Release date
9 Apr 2007
Running length
26 tracks
Running time


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    Track     Duration Listeners
1 Dracula 1:08 17,925
2 Journey to the Inn 0:44 14,032
3 The Inn 3:22 10,726
4 The Crypt 1:22 12,415
5 Carriage Without a Driver 2:09 9,098
6 The Castle 3:03 9,685
7 The Drawing Room 1:25 10,064
8 "Excellent, Mr Renfield" 2:48 5,219
9 The Three Consorts of Dracula 1:45 8,536
10 The Storm 1:28 8,232
11 Horrible Tragedy 1:23 8,135
12 London Fog 1:15 7,920
13 In the Theatre 3:21 7,729
14 Lucy's Bitten 2:35 7,718
15 Seward Sanatorium 3:05 7,274
16 Renfield 3:14 9,535
17 In His Cell 1:37 7,990
18 When the Dream Comes 2:14 7,865
19 Dracula Enters 3:39 7,727
20 Or a Wolf 4:17 6,289
21 Women in White 2:55 7,394
22 Renfield in the Drawing Room 3:20 5,539
23 Dr. Van Helsing and Dracula 2:35 8,139
24 Mina on the Terrace 3:55 6,209
25 Mina's Bedroom / The Abbey 3:38 741
26 The End of Dracula 3:43 7,201

About this album

Two trailblazing new music artists — Kronos Quartet and composer Philip Glass — come together once again for a recording of the first original score for the Universal Pictures 1931 horror film classic Dracula, starring Béla Lugosi. Glass’s score marks the first-ever for a film which the composer himself considers a classic. “Many films have been made based on Dracula since the original in 1931 — however, none is equal to the original in eloquence or the sheer power to move us.”

There have in fact been many screen versions of Bram Stoker’s classic tale of Dracula, but none more famous or enduring than the 1931 original. Starring Béla Lugosi as the world’s best known vampire and directed by horror specialist Tod Browning, Universal Studios’ Dracula creates an eerie, chilling mood that has rarely been realized since. Dracula’s initial theatrical release coincided with the transition from silent pictures to “talkies.” At that time limited technology existed to present the film as a sound picture, so no musical score was ever composed and there were few sound effects. Browning relied on Lugosi’s legendary Hungarian accent to give the film its distinctive sound.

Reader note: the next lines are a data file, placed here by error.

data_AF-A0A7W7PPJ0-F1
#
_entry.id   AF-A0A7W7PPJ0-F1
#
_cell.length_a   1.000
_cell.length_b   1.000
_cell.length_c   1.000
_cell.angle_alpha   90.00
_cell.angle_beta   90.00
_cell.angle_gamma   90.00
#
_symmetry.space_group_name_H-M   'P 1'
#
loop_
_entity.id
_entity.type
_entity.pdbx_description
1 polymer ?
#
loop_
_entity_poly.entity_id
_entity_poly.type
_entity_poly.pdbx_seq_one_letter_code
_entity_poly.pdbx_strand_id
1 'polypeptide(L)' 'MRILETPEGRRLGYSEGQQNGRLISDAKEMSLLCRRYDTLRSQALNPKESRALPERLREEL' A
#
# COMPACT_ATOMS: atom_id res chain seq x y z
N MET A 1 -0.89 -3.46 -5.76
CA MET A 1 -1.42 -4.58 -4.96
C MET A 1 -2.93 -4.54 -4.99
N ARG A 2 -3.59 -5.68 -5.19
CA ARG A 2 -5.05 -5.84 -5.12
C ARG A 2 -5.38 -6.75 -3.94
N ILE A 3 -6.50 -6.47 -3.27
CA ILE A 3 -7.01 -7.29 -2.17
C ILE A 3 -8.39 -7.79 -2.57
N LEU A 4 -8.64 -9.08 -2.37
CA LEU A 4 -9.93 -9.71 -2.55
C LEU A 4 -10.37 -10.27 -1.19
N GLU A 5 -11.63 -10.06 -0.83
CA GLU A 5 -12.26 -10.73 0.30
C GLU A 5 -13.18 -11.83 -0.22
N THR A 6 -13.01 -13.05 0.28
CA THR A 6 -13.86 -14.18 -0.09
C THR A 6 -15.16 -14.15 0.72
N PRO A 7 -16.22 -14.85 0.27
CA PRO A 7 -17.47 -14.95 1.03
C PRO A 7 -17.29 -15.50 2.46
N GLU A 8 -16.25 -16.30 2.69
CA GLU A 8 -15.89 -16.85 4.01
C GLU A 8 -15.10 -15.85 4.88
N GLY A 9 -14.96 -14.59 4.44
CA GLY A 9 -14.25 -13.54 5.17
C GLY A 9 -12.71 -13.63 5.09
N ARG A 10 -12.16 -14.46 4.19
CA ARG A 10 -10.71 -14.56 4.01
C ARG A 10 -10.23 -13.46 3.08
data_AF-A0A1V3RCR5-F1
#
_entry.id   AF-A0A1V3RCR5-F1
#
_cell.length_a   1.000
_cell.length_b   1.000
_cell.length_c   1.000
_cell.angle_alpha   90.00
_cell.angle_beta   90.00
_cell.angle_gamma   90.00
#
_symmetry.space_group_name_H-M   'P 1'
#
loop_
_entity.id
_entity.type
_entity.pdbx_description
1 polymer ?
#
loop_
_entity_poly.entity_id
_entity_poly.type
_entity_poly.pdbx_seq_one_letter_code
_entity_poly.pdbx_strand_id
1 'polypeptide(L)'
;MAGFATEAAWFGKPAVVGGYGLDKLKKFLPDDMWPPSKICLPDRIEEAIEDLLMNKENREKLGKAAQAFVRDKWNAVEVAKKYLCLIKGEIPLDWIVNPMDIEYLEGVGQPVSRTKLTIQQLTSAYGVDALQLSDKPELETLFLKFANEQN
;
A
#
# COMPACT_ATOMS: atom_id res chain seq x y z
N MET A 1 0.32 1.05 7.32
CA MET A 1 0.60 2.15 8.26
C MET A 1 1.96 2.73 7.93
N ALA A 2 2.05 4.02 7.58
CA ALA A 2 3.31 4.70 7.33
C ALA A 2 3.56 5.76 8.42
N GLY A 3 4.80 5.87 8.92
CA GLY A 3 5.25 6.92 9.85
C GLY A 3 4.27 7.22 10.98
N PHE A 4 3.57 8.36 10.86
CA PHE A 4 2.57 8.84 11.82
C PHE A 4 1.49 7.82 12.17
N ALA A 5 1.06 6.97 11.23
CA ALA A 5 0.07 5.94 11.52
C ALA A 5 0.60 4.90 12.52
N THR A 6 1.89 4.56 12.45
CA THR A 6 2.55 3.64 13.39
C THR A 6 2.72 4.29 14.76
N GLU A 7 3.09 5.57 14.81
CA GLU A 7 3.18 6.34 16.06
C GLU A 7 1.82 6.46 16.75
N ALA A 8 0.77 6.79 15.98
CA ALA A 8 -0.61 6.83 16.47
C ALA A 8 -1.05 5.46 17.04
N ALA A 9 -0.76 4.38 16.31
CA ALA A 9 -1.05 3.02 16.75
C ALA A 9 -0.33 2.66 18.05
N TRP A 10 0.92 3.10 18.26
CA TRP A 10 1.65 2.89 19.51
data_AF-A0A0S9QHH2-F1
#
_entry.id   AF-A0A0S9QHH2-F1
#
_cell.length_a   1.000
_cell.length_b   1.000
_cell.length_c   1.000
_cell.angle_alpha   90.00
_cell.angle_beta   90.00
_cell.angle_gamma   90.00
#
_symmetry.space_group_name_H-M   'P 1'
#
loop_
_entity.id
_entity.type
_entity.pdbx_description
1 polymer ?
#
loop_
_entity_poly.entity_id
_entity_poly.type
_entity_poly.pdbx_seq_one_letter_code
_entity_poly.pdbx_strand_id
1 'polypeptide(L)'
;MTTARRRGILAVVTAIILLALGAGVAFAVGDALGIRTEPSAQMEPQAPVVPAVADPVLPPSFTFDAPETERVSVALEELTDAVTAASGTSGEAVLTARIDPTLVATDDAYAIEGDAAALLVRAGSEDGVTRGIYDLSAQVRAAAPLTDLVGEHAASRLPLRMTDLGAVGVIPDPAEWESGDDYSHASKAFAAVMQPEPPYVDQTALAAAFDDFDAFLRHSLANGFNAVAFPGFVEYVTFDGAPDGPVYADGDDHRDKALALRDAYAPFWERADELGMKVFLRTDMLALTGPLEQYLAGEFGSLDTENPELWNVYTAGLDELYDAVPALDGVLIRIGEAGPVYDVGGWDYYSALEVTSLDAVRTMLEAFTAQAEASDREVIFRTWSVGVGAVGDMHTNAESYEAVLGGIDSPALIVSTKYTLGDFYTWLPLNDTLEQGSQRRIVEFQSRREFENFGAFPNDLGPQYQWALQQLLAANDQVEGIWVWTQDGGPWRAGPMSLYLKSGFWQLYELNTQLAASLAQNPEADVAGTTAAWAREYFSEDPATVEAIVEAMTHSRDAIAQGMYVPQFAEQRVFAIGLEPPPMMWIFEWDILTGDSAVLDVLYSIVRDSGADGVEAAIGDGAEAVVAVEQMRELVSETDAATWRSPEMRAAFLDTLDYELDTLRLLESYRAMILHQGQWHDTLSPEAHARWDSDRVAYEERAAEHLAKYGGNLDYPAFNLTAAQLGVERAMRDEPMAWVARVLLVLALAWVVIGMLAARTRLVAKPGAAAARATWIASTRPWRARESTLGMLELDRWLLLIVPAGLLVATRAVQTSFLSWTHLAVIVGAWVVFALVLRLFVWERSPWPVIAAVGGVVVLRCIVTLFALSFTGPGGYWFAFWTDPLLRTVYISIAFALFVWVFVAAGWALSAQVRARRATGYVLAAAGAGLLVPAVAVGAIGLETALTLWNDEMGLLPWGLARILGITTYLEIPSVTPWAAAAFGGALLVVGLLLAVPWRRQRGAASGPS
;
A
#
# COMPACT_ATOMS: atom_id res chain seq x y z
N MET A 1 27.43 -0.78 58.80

Glass’s new original score for Dracula was commissioned by Universal Family and Home Entertainment Production for inclusion as part of Universal’s Classic Monsters collection, to be released on video on August 31. Philip Glass, in commenting on writing this score, said, “The film is considered a classic.

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